Saturday, January 11, 2014


So here I was reading J Vernon McGee on Psalm 21 and I got all the way to vs 6. Then McGee said something that threw me way off track: He said, “But God…”

My friend, Casey Lute, wrote a book with that name. It was a study of the simplicity of God’s mighty work among those in the Bible and among us in the world today. One thing he hoped for was that people would find comfort in these words… and Jesus did. Jesus knew all about “But God.” And Jesus knew that no matter what happened He was safe in His Father’s will.

McGee was discussing the prophecy spoken of in Hebrews 5:7 concerning the answers the Father had for His Son’s prayers:

“Who in the days of his flesh, when he had offered up prayers and supplications with strong crying and tears unto him that was able to save him from death, and was heard…”

Then McGee expressed what many of us feel about losses and pain in our own little world:
“How was He heard? He died!”

But God raised Him from the dead.”  And I am thinking, even as Jesus prayed, He knew that His Father had a better plan: a willful, necessary plan that would bring us the Salvation that nothing else could ever bring. He accepted His Father’s will and went willingly to His death knowing that the Father’s long term plan was the best plan of all.

The question for us is, “Do we live life according to “But God?” Do we accept the direction God has for us, no matter what? Do we even care what His plans are as we plead for a change in what is happening to us? Do we find the Peace of God within us as we seek to live through our troubled earthly life? Or do we wrap ourselves in misery, accepting misery as a way of life and a comfortable place to be?

Sometimes misery is the easy choice and for many it is actually a comfort: a safe place to be; "we wouldn’t be there if God did not want us to be there," so we will suffer in silence and be a martyr for Him. Looking for the Joy and Peace that He offers is just too hard, so we relax into our discomfort and stay there waiting for Him to rescue us from our misery.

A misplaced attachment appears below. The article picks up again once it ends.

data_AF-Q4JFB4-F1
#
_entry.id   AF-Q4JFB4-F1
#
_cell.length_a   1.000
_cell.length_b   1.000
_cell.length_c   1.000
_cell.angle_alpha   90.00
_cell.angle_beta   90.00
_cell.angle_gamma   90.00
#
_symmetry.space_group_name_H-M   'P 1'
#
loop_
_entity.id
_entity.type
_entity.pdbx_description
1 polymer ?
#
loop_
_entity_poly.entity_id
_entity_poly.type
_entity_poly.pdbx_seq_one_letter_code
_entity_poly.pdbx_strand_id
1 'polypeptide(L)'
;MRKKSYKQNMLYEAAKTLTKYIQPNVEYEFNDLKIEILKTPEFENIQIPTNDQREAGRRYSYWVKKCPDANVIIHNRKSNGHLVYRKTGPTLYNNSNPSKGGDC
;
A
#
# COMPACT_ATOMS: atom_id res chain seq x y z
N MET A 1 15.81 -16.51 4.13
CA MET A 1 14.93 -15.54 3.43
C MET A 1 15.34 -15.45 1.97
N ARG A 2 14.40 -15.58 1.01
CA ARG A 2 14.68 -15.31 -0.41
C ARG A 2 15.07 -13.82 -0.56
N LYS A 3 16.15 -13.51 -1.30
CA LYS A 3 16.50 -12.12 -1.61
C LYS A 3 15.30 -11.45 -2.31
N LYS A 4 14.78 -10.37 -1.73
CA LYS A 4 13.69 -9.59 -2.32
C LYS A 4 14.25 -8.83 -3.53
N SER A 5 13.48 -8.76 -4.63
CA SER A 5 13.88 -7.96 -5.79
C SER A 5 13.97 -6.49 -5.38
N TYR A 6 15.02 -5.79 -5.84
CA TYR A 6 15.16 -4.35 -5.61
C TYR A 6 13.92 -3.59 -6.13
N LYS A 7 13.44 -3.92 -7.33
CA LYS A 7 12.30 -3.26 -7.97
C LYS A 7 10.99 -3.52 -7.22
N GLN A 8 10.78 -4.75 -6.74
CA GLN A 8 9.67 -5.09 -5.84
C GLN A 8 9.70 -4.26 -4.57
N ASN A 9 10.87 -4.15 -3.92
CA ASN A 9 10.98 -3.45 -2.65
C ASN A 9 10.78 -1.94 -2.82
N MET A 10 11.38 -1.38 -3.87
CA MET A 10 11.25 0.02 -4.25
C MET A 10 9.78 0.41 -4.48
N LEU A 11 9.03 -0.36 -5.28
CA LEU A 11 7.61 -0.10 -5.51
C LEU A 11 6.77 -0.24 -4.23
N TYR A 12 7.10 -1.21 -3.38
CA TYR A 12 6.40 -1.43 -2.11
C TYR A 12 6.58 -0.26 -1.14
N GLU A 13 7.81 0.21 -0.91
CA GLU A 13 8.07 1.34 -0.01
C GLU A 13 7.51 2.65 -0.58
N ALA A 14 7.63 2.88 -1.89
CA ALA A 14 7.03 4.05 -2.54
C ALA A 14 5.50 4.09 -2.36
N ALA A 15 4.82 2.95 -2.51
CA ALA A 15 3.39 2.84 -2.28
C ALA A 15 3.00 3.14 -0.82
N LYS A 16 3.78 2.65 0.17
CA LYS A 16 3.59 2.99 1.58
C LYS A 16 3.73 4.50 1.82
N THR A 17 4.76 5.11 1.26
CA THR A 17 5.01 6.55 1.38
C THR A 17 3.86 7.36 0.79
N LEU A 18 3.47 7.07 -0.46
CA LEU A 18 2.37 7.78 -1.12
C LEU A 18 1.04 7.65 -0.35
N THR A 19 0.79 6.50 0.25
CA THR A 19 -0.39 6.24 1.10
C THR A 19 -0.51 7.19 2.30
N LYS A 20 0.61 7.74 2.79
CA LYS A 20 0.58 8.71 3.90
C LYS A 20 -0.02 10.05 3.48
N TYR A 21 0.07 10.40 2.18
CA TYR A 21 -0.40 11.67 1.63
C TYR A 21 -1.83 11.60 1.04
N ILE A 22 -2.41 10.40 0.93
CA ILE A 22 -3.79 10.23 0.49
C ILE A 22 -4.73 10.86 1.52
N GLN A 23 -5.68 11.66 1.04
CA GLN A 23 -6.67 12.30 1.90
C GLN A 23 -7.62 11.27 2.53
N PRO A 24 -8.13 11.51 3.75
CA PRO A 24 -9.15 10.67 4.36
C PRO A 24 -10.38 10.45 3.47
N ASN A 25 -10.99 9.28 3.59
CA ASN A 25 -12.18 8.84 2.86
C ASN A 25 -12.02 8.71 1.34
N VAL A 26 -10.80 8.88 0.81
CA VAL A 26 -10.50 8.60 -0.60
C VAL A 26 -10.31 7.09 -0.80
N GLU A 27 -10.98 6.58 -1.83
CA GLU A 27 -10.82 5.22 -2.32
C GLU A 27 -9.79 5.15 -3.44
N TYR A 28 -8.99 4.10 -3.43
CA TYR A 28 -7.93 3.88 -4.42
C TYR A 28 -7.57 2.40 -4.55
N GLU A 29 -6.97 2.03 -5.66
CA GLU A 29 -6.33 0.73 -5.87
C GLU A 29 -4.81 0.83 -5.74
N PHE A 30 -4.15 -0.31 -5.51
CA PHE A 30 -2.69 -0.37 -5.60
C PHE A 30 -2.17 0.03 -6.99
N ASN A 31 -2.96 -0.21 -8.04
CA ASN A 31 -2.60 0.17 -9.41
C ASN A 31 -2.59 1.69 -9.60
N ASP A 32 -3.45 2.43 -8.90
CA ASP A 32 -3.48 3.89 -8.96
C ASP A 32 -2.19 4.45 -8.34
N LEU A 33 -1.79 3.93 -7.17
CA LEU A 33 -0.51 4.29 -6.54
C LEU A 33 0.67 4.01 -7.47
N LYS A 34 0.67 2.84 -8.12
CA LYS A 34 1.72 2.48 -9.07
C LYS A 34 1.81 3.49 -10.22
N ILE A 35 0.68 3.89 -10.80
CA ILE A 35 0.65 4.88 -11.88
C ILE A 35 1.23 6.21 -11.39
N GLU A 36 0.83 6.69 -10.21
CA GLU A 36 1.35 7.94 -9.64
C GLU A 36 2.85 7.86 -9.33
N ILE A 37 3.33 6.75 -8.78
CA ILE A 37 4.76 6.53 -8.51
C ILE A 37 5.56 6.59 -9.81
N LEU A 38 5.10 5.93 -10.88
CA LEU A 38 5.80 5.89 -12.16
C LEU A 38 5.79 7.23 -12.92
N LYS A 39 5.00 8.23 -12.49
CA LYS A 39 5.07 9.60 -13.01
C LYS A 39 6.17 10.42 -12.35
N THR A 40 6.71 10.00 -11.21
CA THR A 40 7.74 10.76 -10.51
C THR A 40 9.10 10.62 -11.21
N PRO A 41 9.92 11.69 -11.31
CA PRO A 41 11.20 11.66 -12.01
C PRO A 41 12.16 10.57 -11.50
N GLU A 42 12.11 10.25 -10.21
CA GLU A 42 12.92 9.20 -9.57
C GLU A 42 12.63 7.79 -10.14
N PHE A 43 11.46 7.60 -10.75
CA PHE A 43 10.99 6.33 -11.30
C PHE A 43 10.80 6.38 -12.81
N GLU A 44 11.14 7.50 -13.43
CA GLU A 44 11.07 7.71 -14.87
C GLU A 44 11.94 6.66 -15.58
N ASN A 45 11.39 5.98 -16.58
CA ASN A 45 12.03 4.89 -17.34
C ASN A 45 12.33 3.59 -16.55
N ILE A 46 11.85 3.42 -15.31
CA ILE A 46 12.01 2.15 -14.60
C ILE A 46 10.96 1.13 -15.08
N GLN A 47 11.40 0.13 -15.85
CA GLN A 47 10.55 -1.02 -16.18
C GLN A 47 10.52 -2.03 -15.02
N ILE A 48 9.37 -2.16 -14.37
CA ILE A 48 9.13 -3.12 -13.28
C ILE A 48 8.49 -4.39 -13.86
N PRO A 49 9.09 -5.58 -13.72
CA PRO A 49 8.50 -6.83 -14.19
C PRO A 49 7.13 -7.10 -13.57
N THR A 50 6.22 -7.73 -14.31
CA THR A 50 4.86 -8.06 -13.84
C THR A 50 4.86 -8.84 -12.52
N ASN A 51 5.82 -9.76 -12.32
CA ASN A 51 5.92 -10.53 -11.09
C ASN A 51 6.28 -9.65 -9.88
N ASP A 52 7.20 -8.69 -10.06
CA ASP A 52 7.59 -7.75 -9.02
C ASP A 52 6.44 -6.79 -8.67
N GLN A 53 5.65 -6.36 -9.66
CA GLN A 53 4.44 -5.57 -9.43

Jesus did not rest in His discomfort. He took that discomfort with Him into the Joy and Peace of knowing that all that would happen was well planned for Him by His Father. And He knew that the safest, most comforting place He could possibly be was in His Father’s will.

He did not come without first asking His Father to remove the pain that He would suffer. (And I believe that is the pain of the separation necessary for completion of His task, not the physical pain of the cross. But that is just me.) Jesus discussed this whole thing thoroughly in His prayers in the Garden. But in the end He came willingly and peacefully forward to do what needed to be done.

This sets a simple pattern for us: Feel the pain, grieve the loss, but settle things with God about being willing to recognize and rejoice n His will. Praising Him in our pain is difficult; but the results are fantastic. The fruit of the Spirit will grow strong in us as we submit to the agonies of this earth while keeping our eyes on the eternal Joy and Peace that will be ours some day.

How willing are we too suffer pain and loss with grieving and sorrow; and yet keep our hearts set on that great hope that lies before us when we will be removed from pain and suffering, and we will Rejoice in the Glory of God forever. And how many of us are intent in walking through this life with a “But God” attitude, knowing that He wills to make all things right for those who love Him, and believe in Jesus Christ. No matter what!

May we remember, even in the worst of pain, God’s Love and God’s plans for us exceed any pain we may ever feel. May we remember that God not only hears our pleas, but wants to hear our every pleas, and that He never “does not hear” our prayers.

God heard Jesus’ every prayer and answered each and every one of them, even when it was with “My plan is better than your plan.” And He hears our every prayer, too. But God sometimes has other plans for us than those which we are seeking. And His plans are the best plans; and they will bring peace to us and Glory to Him in the end.

May God bless us with confidence in His will for our lives, even when things are not going our way. May we remember that God sometimes has a way planned for us that we do not see and may answer our prayers with “But I…”

And may we pray that “not our will, but thine be done.” Amen

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